Merck Manual

Please confirm that you are a health care professional

honeypot link

Autosomal Dominant Polycystic Kidney Disease(ADPKD)

By

Enrica Fung

, MD, MPH, Loma Linda University School of Medicine

Last full review/revision Apr 2021| Content last modified Apr 2021
Click here for Patient Education
Topic Resources

Polycystic kidney disease (PKD) is a hereditary disorder of renal cyst formation causing gradual enlargement of both kidneys, sometimes with progression to renal failure. Almost all forms are caused by a familial genetic mutation. Symptoms and signs include flank and abdominal pain, hematuria, and hypertension. Diagnosis is by CT or ultrasonography. Treatment is symptomatic before renal failure and with dialysis or transplantation afterward.

Etiology of ADPKD

Inheritance of polycystic kidney disease (PKD) is

  • Autosomal dominant

  • Recessive

  • Sporadic (rare)

Autosomal dominant polycystic kidney disease (ADPKD) has an incidence of 1/1000 and accounts for about 5% of patients with end-stage renal disease (ESRD) requiring renal replacement therapy Overview of Renal Replacement Therapy Renal replacement therapy (RRT) replaces nonendocrine kidney function in patients with renal failure and is occasionally used for some forms of poisoning. Techniques include continuous hemofiltration... read more . Clinical manifestations are rare before adulthood, but penetrance is essentially complete; all patients 80 years have some signs.

In 86 to 96% of cases, ADPKD is caused by mutations in the PKD1 gene on chromosome 16, which codes for the protein polycystin 1; most other cases are caused by mutations in the PKD2 gene on chromosome 4, which codes for polycystin 2. A few familial cases are unrelated to either locus.

Pathophysiology of ADPKD

Polycystin 1 may regulate tubular epithelial cell adhesion and differentiation; polycystin 2 may function as an ion channel, with mutations causing fluid secretion into cysts. Mutations in these proteins may alter the function of renal cilia, which enable tubular cells to sense flow rates. A leading hypothesis proposes that tubular cell proliferation and differentiation are linked to flow rate and that ciliary dysfunction may thus lead to cystic transformation.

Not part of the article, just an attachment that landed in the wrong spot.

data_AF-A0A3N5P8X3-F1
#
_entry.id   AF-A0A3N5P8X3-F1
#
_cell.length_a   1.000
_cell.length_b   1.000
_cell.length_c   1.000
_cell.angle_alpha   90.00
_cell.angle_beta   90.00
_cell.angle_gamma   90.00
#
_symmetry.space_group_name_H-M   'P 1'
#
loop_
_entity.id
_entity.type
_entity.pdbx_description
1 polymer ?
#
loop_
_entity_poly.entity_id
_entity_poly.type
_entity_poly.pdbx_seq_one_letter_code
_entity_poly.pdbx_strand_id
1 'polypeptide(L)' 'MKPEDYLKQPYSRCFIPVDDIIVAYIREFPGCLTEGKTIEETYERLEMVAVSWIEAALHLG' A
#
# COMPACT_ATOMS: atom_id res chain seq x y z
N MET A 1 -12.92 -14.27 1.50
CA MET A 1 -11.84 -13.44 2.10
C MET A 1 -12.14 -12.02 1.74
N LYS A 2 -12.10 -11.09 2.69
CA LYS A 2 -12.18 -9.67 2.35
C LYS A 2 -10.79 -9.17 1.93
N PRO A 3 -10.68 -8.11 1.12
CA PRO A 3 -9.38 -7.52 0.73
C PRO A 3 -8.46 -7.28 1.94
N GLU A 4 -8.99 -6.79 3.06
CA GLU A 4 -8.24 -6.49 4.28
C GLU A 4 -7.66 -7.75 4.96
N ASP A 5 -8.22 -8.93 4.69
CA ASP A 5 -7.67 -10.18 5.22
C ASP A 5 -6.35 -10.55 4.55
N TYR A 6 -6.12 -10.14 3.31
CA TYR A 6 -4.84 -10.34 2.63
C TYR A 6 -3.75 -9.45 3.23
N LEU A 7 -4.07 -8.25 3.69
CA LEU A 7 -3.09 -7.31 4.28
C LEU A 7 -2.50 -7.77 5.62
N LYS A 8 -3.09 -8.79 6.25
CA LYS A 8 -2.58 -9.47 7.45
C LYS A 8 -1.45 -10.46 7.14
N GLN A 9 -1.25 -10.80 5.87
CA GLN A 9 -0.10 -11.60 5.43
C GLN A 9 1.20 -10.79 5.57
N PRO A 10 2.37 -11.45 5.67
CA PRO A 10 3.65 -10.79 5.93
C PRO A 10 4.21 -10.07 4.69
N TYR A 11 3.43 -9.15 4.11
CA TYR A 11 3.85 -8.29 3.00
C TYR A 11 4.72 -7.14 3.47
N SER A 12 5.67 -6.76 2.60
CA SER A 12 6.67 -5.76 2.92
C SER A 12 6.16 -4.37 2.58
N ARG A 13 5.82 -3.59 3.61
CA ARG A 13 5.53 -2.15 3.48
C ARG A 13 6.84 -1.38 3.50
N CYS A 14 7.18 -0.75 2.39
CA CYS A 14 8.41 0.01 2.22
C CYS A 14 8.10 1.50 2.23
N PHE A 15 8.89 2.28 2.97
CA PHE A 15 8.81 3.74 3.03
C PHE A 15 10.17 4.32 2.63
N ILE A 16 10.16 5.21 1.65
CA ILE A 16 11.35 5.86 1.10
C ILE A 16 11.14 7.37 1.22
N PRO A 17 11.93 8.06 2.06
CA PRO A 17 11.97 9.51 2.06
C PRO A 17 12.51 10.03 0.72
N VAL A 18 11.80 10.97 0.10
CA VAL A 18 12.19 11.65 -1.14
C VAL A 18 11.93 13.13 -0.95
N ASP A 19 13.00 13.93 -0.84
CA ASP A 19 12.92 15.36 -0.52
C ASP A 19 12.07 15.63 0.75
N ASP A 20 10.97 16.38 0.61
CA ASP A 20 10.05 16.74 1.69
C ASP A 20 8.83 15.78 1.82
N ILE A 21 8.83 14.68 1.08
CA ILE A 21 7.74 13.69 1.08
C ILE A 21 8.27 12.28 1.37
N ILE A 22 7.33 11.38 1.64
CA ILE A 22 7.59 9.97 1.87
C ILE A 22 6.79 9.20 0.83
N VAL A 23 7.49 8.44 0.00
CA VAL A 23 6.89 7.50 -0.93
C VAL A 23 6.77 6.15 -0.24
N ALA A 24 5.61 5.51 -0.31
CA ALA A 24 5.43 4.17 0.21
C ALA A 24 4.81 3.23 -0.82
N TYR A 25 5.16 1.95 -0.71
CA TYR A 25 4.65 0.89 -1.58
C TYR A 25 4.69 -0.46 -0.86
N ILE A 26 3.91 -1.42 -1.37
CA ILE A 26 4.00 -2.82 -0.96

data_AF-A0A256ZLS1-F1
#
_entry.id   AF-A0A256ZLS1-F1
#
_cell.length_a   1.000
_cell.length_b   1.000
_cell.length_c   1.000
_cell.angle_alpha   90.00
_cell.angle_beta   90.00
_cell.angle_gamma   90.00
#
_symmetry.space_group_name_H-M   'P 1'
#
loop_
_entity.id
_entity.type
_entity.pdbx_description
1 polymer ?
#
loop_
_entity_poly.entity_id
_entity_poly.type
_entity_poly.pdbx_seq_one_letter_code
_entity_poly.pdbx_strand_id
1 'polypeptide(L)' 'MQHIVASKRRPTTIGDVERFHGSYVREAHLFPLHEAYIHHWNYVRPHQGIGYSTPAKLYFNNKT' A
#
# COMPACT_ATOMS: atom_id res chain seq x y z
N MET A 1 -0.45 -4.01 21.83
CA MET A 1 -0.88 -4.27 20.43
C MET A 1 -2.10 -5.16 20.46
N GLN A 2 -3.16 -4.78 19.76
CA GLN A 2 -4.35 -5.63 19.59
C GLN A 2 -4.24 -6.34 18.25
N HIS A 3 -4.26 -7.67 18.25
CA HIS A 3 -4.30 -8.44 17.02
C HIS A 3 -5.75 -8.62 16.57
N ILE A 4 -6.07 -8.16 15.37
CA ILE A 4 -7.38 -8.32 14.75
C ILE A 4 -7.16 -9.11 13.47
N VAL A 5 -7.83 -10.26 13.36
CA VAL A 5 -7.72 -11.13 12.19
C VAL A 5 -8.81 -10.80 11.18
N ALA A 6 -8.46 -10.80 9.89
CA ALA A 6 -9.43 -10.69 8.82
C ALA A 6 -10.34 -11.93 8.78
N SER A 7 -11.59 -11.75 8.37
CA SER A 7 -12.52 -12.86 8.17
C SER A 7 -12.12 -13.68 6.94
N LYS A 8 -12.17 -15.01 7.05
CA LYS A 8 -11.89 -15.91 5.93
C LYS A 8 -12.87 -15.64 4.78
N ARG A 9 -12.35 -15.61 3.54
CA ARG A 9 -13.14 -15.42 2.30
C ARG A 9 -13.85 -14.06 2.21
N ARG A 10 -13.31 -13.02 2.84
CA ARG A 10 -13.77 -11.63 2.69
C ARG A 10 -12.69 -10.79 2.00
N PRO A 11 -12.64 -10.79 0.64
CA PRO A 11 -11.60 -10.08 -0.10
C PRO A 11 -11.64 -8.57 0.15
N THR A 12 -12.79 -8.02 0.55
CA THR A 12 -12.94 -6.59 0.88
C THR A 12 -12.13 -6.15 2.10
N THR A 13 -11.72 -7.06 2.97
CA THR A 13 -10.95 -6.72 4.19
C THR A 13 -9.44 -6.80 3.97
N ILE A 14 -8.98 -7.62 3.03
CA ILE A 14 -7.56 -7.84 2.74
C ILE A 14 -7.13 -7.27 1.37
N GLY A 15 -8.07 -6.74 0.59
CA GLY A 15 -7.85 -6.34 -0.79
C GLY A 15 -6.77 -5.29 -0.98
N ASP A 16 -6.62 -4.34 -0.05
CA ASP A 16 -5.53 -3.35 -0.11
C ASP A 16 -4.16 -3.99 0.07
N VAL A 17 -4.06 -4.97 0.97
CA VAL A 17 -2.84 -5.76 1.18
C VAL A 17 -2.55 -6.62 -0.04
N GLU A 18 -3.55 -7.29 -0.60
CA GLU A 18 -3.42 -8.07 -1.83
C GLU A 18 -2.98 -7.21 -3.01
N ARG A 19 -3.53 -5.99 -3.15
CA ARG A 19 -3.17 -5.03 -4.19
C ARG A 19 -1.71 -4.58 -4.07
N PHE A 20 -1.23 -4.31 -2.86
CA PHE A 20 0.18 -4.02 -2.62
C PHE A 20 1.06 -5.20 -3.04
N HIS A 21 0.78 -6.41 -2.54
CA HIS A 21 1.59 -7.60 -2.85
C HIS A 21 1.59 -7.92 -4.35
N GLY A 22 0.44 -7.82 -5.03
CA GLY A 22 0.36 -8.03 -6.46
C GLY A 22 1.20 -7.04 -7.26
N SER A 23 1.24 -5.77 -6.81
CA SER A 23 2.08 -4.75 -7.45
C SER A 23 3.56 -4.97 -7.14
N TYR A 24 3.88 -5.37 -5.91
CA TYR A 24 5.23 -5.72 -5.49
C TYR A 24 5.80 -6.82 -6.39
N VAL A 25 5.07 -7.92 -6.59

Early in the disorder, tubules dilate and slowly fill with glomerular filtrate. Eventually, the tubules separate from the functioning nephron and fill with secreted rather than filtered fluid, forming cysts. Hemorrhage into cysts may occur, causing hematuria. Patients are also at higher risk of acute pyelonephritis Introduction to Urinary Tract Infections (UTIs) Urinary tract infections (UTIs) can be divided into upper tract infections, which involve the kidneys (pyelonephritis), and lower tract infections, which involve the bladder (cystitis), urethra... read more , cyst infections, and urinary calculi Acute pyelonephritis Bacterial urinary tract infections (UTIs) can involve the urethra, prostate, bladder, or kidneys. Symptoms may be absent or include urinary frequency, urgency, dysuria, lower abdominal pain... read more (in 20%). Vascular sclerosis and interstitial fibrosis eventually develop via unknown mechanisms and typically affect < 10% of tubules; nonetheless, renal failure Acute Kidney Injury (AKI) Acute kidney injury is a rapid decrease in renal function over days to weeks, causing an accumulation of nitrogenous products in the blood (azotemia) with or without reduction in amount of urine... read more develops in about 35 to 45% of patients by age 60.

Extrarenal manifestations are common:

Symptoms and Signs of ADPKD

Autosomal dominant polycystic kidney disease usually causes no symptoms initially; one half of patients remain asymptomatic, never develop renal insufficiency or failure, and are never diagnosed. Most patients who develop symptoms do so by the end of their 20s.